“The Price You Pay”: How Female Professional Chefs Negotiate Work and Family


Work–family conflict can act as an important, and gendered, mechanism underlying women’s under-representation in male-dominated occupations. This study uses in-depth interviews to explore the experiences of female professional chefs in order to understand how women in a prestigious, yet male-dominated service occupation manage barriers relating to their balance of work and family responsibilities. Conflict between work and family responsibilities often stemmed from the long work hours expected of chefs and played a role in some of our participant’s decisions to leave kitchen work. Respondents in this study negotiate work–family conflict using three strategies: (1) delaying/forgoing childbearing to succeed as a chef; (2) leaving kitchen work for another job in the culinary field; and (3) adapting either work or family to make the two roles more compatible. Our conclusion discusses the implications of these strategies for gender inequality in the workplace, particularly for women in male-dominated occupations.

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We would like to thank Kyong Hee Chee and Gretchen Webber for their useful comments on previous versions of this paper. We would also like to thank Rita Simon, Joyce Coninx-Wright, and the anonymous reviewers for their suggestions.

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Correspondence to Deborah A. Harris.

Appendix: Interview Guide

Appendix: Interview Guide


Is your work as a chef your first professional career? If not, what was your first career? How did you decide to change your career focus?

When did you first decide to pursue a career as a chef? What was going on in your life at the time? Was your decision influenced by any role models? How did people respond to this decision? Were you concerned being female could impact your career as a chef?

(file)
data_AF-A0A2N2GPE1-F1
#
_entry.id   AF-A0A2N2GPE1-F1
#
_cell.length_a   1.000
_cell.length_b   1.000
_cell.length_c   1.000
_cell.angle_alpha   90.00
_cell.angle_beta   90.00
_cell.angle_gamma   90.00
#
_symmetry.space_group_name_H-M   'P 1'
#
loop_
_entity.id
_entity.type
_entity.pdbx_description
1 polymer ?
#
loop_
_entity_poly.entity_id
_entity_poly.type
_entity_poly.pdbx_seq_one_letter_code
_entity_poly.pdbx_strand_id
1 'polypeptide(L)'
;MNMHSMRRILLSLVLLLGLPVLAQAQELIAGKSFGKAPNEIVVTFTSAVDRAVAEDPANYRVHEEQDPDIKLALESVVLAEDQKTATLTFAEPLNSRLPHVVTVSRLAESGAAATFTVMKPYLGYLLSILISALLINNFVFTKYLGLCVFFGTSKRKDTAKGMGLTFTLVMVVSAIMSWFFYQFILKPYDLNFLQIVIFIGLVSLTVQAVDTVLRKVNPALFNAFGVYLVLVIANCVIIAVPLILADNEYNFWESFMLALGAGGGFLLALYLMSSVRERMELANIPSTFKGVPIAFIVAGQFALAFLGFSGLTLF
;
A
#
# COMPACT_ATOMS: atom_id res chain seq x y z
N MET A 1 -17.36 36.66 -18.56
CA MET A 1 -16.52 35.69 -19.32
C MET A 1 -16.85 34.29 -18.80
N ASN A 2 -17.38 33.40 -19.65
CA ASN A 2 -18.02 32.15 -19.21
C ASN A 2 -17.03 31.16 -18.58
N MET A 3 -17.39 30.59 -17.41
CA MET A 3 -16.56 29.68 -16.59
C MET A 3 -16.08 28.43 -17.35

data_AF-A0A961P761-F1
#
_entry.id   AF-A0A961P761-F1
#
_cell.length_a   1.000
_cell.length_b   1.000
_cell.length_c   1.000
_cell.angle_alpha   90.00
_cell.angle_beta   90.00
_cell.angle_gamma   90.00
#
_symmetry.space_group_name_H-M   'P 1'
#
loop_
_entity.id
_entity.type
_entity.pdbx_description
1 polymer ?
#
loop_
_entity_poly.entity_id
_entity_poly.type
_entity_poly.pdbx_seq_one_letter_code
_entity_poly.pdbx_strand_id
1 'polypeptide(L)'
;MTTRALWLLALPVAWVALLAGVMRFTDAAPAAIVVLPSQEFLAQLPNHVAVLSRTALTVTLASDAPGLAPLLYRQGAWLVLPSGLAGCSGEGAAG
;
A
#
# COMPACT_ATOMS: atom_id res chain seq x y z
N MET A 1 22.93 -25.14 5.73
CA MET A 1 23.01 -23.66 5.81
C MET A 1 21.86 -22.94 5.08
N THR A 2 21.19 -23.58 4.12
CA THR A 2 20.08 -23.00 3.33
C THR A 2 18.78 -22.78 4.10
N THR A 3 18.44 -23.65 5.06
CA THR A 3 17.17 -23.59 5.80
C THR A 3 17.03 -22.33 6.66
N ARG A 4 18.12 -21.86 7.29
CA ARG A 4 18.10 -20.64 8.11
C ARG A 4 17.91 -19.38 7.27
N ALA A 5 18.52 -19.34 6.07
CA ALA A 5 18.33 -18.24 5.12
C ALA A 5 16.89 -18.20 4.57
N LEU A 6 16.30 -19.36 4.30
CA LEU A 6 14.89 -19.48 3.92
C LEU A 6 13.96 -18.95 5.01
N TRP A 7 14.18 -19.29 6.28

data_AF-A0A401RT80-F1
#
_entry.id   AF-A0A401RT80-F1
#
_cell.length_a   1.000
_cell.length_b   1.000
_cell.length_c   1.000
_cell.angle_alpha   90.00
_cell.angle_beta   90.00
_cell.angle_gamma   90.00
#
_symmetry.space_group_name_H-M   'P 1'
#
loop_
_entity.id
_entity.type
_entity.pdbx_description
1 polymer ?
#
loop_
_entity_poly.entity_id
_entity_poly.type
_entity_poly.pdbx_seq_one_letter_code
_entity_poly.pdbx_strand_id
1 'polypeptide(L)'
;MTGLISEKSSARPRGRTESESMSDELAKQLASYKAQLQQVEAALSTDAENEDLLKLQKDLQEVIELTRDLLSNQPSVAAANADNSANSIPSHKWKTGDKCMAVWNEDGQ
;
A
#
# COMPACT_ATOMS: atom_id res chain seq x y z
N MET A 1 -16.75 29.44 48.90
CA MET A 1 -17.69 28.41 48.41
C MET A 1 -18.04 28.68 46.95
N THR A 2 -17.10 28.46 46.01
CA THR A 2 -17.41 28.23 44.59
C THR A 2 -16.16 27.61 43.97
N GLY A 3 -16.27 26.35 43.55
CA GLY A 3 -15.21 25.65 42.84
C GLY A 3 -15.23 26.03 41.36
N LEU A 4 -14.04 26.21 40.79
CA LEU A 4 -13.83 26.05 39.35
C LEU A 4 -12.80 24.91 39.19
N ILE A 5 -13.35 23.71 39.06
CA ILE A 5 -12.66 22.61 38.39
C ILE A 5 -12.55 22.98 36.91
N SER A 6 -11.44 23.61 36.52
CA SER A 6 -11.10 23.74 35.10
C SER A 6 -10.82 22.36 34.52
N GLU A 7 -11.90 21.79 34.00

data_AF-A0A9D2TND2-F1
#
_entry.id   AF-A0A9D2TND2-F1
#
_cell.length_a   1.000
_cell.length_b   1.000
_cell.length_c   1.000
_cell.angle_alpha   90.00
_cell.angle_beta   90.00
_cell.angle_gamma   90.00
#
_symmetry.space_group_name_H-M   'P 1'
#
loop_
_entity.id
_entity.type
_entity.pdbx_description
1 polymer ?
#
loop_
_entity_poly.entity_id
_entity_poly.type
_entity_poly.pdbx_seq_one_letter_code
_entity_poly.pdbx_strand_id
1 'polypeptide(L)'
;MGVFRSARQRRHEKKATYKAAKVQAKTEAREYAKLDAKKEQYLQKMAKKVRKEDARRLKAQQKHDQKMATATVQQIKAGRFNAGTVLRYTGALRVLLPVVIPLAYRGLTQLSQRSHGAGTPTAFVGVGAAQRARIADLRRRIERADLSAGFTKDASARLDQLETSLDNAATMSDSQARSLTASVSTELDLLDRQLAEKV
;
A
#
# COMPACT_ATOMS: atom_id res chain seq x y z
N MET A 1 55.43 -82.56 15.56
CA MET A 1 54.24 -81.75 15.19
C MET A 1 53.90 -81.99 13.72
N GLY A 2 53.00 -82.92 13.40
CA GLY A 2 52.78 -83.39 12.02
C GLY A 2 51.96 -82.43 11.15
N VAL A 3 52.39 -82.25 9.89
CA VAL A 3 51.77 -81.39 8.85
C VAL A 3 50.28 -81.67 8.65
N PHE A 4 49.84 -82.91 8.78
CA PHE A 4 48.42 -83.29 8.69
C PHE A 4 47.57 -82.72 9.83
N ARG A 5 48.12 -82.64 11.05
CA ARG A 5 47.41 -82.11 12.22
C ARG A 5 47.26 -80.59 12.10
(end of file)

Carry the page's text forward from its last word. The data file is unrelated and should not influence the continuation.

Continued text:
Please describe your training experience. What led you to choose this method of training/particular school or program?

Do you feel your training provided a good preparation for life in the kitchen? Why or why not? If you could, is there any type of your training experience that you would change?

Do you have a specialization? What led you to pick this particular specialization? Were you encouraged to go this route by any mentors/instructors/supervisors? If so, how do you think your gender impacted their recommendations?

During your training, how many other females were in your class/first job? Did you observe any differences between male and female students in terms of treatment? What about in expectations regarding their future careers?

Work Experience

How did you get to your current position? What is your typical day like (personal and professional)? What are your major roles/duties at work? Have you felt that some jobs/duties are more difficult because you are female (strength, stature)? Could you describe a time when this happened? How did others in the kitchen react?